Silvia obtained her PhD in Biomedicine at the Spanish National Cancer Research Center in 2012, where she studied the roles of cohesin in telomere replication and transcriptional regulation.
In 2013, she was awarded a Marie Curie postdoctoral grant and joined EMBL in Heidelberg. Her research aimed to study the crosstalk between the 3D topological organisation and the regulatory organisation of the genome. She defined how introducing structural perturbations in the Myc and Shh loci affects the communication between gene promoters and distant enhancers.
In September 2017, she joined the Öhlund lab and her current research is focused on pancreas innervation and perineural invasion phenomena during the initiation and progression of pancreatic cancer.
James is a post-doctoral researcher from the UK. For his Ph.D., he studied human pluripotent stem cell heterogeneity using Raman Spectroscopy and cell population modelling techniques at the University of Sheffield. He began researching pancreatic cancer at the Wallenberg Centre for Molecular Medicine in Umeå in 2017. Presently James' primary projects involve conducting high throughput screens of small molecules to identify therapeutics in pancreatic cancer using in vitro organoid culture models as well as developing Raman spectroscopy to swiftly profile the disease in patients. Additionally, James studies tumour organoid metastatic potential, their susceptibility to ClyA toxin and quadruplex DNA dynamics.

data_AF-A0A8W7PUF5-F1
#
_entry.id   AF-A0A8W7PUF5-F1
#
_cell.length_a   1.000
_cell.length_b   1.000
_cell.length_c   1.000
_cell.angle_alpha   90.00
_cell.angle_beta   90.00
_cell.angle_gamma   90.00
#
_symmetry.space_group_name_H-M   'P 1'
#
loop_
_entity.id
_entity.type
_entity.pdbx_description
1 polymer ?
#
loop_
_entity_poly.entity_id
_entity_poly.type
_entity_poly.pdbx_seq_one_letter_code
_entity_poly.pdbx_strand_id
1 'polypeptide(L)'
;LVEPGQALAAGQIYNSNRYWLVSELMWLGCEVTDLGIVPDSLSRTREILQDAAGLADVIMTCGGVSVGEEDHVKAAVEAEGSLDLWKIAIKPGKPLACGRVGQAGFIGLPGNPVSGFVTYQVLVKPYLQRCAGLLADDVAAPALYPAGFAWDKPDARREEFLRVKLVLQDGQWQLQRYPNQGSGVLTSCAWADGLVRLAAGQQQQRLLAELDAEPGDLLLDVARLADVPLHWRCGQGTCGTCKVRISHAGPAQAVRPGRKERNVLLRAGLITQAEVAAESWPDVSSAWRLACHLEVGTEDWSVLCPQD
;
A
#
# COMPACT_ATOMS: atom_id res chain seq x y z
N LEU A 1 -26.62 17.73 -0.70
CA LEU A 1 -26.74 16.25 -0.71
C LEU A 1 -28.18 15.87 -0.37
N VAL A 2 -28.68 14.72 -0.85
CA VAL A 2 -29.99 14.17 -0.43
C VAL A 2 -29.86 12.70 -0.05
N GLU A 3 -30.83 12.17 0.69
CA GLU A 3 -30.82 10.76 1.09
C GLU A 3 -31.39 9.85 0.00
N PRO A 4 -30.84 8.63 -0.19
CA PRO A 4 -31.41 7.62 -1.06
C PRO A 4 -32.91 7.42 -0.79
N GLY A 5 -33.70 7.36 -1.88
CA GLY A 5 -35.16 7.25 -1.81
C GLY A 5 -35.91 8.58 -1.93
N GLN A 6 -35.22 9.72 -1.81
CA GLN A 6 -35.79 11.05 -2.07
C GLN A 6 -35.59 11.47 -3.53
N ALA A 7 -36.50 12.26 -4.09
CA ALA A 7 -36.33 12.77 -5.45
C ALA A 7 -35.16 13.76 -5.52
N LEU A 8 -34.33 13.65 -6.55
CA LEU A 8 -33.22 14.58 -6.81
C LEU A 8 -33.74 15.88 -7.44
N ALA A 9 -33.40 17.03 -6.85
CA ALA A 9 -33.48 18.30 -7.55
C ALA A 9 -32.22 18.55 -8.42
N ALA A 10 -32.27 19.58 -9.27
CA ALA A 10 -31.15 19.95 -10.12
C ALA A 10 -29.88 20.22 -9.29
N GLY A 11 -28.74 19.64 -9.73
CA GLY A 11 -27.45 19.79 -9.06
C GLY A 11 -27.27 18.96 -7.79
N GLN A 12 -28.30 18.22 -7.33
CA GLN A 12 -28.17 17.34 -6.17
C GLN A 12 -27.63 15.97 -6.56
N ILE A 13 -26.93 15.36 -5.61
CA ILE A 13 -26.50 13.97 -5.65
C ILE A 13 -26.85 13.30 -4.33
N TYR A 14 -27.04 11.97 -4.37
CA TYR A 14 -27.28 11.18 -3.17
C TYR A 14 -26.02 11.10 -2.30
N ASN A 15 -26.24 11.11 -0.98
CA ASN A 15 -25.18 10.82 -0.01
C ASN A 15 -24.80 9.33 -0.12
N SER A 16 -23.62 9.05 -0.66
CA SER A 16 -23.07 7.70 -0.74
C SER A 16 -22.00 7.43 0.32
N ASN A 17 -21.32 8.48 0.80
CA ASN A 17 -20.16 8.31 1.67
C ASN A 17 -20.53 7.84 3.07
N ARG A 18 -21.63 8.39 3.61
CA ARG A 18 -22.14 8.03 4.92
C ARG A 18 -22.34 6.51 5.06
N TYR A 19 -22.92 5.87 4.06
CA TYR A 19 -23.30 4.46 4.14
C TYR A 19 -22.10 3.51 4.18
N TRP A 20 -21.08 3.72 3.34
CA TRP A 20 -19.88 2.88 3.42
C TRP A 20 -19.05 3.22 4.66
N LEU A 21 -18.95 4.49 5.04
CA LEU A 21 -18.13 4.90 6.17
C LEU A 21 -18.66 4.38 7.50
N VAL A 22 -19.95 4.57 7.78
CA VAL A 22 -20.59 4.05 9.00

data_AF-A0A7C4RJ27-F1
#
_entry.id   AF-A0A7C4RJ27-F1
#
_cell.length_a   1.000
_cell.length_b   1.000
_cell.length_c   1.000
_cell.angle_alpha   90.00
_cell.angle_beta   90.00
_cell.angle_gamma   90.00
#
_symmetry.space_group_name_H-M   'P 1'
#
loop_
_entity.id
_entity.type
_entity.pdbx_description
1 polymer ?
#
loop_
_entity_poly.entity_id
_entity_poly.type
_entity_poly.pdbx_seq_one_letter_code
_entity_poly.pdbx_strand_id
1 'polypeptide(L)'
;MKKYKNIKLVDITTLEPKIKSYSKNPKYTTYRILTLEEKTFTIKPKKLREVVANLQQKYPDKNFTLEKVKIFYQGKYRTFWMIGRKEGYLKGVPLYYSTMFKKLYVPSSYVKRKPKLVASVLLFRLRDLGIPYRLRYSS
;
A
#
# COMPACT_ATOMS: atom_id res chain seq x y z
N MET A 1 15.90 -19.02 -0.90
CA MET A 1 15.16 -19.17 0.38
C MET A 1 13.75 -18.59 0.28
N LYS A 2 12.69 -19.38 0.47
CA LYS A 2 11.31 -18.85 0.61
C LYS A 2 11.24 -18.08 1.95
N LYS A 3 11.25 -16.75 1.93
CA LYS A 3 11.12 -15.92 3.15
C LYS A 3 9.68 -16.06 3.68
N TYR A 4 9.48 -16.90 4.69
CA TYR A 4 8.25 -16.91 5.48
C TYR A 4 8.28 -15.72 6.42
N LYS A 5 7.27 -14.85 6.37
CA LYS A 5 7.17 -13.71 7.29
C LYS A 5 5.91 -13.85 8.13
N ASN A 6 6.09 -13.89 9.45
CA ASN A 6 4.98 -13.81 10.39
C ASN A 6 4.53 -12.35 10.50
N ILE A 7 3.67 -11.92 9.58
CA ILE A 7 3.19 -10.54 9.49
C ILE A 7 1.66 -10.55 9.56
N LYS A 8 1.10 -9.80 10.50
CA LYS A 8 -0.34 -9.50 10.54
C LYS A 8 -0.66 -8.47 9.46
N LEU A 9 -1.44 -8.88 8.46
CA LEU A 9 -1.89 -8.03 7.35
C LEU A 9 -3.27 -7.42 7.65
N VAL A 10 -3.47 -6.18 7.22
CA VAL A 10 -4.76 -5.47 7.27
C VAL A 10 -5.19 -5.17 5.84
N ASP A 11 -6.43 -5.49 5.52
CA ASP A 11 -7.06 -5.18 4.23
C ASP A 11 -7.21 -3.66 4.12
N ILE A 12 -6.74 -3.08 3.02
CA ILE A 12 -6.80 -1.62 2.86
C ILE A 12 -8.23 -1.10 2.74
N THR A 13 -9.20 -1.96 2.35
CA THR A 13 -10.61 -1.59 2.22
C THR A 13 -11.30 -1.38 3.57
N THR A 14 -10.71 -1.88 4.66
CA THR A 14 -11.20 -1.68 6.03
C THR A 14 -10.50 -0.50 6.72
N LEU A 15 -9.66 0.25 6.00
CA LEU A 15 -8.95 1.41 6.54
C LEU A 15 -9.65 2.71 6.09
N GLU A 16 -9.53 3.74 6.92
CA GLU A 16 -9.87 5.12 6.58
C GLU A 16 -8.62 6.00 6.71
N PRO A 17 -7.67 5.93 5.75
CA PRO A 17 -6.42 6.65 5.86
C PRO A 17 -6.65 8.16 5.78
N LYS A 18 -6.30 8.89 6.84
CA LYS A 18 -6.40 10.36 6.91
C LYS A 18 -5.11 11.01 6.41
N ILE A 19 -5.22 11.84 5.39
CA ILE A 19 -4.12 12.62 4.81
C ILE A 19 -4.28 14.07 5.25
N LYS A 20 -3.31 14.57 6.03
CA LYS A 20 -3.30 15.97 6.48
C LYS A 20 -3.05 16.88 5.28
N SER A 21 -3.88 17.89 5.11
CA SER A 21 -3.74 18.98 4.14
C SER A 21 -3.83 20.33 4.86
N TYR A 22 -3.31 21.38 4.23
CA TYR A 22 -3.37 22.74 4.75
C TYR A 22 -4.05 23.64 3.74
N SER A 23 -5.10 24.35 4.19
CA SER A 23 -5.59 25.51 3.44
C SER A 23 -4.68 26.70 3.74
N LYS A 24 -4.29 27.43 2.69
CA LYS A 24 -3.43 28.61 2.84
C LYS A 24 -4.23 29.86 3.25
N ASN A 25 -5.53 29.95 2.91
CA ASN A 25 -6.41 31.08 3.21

Mitesh has experience in studying bacterial quorum sensing dependent pathogenesis in gastro-intestinal pathogens. Mitesh obtained his PhD in India where he did proteomic studies to understand molecular mechanisms of pathogenesis in Vibrio cholerae. During recent years his research focussed mainly on identification and characterisation of new toxin-secretion pathways in bacteria. In the Öhlund lab his main task is to understand significance of human microbiome, especially the gut microbiome, in the etiology of pancreatic cancer. Additionally, he is also analysing pathophysiological effects of secreted bacterial membrane vesicles for pancreatic cancers.
Tommy is a former student of the Biomedicine program at Umeå University, he previously researched the effect of serotonin receptor 1A in B-cell lymphoma, before joining group Daniel Öhlund as a Ph.D. student. Tommy's current research involves characterizing interactions between the extracellular matrix (ECM) and cancer cells in pancreatic ductal adenocarcinoma (PDAC). Currently Tommy is involved in two projects, the first is investigating how different types of cancer associated fibroblasts (CAFs) are formed via signaling-interactions with cancer cells, the second involves investigating the function and biological relevance of up- and down-regulated ECM proteins in PDAC.
Joshua completed his Bachelor's and Master's degrees at the University of Manchester before working as a research assistant at the Manchester Collaborative Centre for Inflammation Research (MCCIR). His previous research used super-resolution microscopy to assess the nanometer-scale organization of inhibitory receptors in natural killer cells. Joshua's PhD project will focus on identifying and characterizing subpopulations of cancer associated fibroblasts (CAFs) in pancreatic cancer. Joshua will be investigating whether manipulating CAF subtype differentiation is a viable therapeutic strategy for pancreatic cancer.
Lucas de Barros Anastácio
Sofía Alejandra Moreira Lino
(April 2017-March 2018)
Research project assistent
(September 2017 - December 2017)